Zagreb is not famous as an ancient Roman town, as it was officially founded in the Middle Ages, in 1094. However, just south of today’s Zagreb, there was quite a large Roman town called Andautonia, which was an important spot near Sava river, on the way to the big Roman city of Siscia (today’s Sisak). Today’s Zagreb center is not far, and naturally, life thrived here, too.
Three important findings attest to that: the head of a statue of a bearded Roman man, found in Petrinjska street, a bronze coin with the motif of emperor Diocletian (who was born in Salona, near Croatia’s second largest city of Split!) found at Ban Jelačić Square, and a tombstone with an epitaph found on Kaptol hill, close to the Cathedral. Copies of all of these are on display at the very places they were found, within a few hundred meters from each other.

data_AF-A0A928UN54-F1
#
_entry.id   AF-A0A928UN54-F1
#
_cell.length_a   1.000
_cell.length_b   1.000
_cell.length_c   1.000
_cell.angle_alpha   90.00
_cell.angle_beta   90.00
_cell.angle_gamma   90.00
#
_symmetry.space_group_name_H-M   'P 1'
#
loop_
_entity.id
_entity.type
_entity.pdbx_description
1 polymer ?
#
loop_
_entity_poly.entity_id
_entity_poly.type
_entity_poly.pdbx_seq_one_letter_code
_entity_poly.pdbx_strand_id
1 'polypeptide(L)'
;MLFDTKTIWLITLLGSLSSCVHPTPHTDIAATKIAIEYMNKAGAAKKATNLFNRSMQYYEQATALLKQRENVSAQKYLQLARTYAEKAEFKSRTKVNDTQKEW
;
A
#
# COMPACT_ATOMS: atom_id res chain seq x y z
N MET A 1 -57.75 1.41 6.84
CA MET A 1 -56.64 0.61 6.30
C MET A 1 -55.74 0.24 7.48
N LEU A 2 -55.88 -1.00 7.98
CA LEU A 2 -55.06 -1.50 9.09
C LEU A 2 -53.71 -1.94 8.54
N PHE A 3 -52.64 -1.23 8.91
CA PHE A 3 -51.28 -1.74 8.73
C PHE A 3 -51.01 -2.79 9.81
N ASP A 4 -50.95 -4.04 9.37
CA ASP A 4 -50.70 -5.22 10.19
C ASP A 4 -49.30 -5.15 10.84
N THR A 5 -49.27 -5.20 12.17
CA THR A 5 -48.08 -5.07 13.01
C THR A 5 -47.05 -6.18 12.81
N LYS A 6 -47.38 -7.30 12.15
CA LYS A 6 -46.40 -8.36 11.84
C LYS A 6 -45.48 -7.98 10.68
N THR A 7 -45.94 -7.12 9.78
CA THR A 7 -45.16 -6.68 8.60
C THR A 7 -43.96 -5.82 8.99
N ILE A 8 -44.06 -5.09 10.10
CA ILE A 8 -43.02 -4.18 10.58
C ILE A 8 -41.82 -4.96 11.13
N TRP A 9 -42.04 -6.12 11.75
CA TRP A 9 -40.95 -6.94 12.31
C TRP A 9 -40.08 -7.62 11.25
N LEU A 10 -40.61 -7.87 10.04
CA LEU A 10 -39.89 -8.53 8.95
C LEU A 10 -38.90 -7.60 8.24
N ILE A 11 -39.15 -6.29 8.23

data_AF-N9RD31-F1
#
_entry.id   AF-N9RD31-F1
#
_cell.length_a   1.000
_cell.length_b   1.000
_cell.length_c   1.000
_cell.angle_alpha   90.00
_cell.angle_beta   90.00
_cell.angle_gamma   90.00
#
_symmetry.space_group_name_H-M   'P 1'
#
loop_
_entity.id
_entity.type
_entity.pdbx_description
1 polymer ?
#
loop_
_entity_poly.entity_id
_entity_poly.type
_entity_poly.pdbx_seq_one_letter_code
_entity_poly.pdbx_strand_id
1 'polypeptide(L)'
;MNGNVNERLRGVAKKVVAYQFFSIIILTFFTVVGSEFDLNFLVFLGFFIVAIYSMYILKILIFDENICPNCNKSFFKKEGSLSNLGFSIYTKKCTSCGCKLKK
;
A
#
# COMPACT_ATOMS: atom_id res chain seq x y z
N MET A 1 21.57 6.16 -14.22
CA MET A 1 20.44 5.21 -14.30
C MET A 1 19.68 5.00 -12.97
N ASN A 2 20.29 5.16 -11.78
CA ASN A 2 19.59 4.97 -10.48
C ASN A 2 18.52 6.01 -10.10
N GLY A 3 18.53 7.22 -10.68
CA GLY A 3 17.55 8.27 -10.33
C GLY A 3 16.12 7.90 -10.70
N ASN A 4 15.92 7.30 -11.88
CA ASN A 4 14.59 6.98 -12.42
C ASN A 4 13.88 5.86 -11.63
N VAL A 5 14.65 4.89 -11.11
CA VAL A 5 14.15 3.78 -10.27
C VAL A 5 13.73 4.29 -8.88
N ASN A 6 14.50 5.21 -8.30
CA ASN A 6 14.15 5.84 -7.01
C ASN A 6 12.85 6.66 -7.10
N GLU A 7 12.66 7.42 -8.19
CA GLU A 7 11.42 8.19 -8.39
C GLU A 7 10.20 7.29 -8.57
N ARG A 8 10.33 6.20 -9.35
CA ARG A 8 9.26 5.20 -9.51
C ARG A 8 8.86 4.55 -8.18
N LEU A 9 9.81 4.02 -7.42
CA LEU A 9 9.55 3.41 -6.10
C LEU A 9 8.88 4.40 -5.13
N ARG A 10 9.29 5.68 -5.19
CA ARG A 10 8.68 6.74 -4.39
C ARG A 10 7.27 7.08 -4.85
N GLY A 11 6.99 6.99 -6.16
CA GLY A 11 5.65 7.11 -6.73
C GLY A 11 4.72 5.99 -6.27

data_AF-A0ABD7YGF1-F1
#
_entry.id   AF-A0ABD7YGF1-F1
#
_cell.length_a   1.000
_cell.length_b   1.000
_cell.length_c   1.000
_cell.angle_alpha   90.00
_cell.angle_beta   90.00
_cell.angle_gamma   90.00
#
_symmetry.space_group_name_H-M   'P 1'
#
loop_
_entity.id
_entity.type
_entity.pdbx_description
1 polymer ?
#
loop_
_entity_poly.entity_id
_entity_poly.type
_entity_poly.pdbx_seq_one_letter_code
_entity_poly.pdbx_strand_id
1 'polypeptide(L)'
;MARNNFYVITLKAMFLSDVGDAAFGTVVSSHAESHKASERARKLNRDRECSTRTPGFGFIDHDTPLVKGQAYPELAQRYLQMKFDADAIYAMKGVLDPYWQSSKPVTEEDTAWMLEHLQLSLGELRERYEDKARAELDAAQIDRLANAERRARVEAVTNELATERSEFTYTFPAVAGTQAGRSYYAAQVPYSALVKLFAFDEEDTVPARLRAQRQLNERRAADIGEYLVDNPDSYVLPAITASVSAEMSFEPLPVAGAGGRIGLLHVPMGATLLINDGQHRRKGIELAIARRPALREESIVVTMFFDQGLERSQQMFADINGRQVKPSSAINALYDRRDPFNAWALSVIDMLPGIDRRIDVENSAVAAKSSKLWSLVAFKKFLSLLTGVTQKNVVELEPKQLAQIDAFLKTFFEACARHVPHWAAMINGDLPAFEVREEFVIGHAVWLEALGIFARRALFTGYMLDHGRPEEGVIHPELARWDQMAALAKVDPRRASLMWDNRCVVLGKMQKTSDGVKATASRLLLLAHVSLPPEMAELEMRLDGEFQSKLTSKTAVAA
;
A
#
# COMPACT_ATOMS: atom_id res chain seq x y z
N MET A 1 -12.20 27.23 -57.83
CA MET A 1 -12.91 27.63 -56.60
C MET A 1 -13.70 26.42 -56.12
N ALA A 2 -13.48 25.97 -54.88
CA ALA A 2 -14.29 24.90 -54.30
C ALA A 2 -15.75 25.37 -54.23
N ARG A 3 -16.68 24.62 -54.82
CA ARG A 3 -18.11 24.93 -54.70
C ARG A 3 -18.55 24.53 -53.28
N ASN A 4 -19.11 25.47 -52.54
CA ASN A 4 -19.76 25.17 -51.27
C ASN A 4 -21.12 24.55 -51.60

My favorite one is the tombstone with the Latin inscription, which (roughly) translates to: “to Aconia, daughter of Caius, such a wife that are rare”. I love this simple inscription because it shows how much a man loved and missed his wife. It shows the romantic in me that love has always been a part of Zagreb, and it will continue to be so. And it is a great reminder that Zagreb is much older than what the books tell us.